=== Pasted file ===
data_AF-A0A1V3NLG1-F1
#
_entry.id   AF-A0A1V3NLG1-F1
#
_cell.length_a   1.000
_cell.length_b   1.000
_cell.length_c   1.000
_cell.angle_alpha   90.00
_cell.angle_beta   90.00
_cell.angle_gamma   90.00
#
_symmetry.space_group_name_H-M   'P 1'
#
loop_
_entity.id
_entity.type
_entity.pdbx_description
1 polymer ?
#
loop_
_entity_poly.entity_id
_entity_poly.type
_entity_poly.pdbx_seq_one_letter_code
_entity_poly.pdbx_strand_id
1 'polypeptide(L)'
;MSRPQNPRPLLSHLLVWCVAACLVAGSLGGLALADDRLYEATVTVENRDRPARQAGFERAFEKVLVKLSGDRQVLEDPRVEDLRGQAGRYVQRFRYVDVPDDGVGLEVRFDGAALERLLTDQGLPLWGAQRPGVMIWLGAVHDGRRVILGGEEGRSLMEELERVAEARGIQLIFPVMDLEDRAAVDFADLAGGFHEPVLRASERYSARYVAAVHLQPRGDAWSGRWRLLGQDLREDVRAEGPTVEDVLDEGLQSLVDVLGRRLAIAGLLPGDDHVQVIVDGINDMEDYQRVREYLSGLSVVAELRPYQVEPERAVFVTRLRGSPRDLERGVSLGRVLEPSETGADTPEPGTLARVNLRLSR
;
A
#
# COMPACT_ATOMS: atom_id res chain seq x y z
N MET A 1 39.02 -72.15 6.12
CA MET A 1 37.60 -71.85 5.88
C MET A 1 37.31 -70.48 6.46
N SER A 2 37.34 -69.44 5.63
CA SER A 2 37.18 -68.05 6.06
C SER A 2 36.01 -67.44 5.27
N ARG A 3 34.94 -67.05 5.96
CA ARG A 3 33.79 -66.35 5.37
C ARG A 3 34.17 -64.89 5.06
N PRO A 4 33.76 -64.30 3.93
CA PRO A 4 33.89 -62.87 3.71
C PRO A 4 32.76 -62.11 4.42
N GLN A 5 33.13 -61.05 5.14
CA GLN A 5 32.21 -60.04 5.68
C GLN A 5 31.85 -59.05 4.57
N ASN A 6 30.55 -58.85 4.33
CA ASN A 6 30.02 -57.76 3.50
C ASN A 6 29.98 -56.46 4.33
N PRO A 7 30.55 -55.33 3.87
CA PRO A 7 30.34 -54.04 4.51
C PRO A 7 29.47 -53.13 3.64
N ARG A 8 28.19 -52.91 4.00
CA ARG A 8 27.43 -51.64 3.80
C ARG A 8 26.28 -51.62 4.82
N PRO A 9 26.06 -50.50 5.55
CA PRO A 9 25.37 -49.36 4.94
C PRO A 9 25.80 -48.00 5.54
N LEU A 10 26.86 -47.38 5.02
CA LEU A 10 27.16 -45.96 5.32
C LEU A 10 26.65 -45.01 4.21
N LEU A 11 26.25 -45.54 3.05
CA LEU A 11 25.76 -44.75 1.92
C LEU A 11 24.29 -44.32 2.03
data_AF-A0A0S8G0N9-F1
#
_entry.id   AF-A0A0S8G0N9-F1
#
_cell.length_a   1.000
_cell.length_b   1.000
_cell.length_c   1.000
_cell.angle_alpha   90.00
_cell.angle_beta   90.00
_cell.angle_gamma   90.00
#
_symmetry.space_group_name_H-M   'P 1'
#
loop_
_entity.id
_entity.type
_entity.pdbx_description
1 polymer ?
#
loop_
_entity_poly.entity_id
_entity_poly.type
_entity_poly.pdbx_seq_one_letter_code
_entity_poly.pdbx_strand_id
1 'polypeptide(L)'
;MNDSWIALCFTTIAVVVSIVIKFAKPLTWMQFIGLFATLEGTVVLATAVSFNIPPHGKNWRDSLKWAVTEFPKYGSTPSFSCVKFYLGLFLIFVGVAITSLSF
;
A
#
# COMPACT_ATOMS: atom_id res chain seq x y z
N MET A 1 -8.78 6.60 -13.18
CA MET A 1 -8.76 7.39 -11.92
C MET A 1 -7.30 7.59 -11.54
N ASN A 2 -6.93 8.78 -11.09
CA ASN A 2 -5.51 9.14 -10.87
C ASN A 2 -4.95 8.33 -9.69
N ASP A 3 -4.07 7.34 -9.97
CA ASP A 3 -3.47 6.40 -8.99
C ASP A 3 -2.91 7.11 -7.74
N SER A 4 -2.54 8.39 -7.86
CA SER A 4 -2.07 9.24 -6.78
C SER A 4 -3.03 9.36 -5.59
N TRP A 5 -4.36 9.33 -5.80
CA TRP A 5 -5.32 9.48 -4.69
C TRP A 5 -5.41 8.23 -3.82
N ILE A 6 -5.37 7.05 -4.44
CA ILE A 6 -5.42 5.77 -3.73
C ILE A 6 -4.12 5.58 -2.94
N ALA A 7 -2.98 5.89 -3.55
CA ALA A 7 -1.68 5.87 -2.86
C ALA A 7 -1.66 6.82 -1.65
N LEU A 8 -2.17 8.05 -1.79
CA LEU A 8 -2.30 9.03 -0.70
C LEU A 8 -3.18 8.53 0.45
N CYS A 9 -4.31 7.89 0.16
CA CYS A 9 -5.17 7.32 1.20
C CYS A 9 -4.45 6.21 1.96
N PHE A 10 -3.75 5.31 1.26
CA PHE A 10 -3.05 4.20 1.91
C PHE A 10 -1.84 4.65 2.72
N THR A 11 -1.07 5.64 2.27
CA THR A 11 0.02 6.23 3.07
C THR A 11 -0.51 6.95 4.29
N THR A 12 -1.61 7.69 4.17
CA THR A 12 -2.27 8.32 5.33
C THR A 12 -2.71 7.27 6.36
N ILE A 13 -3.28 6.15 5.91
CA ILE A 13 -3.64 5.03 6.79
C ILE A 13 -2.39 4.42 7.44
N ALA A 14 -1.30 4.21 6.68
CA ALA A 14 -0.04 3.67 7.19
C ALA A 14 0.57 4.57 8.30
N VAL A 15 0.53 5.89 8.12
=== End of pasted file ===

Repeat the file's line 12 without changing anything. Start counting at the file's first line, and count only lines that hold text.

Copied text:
_symmetry.space_group_name_H-M   'P 1'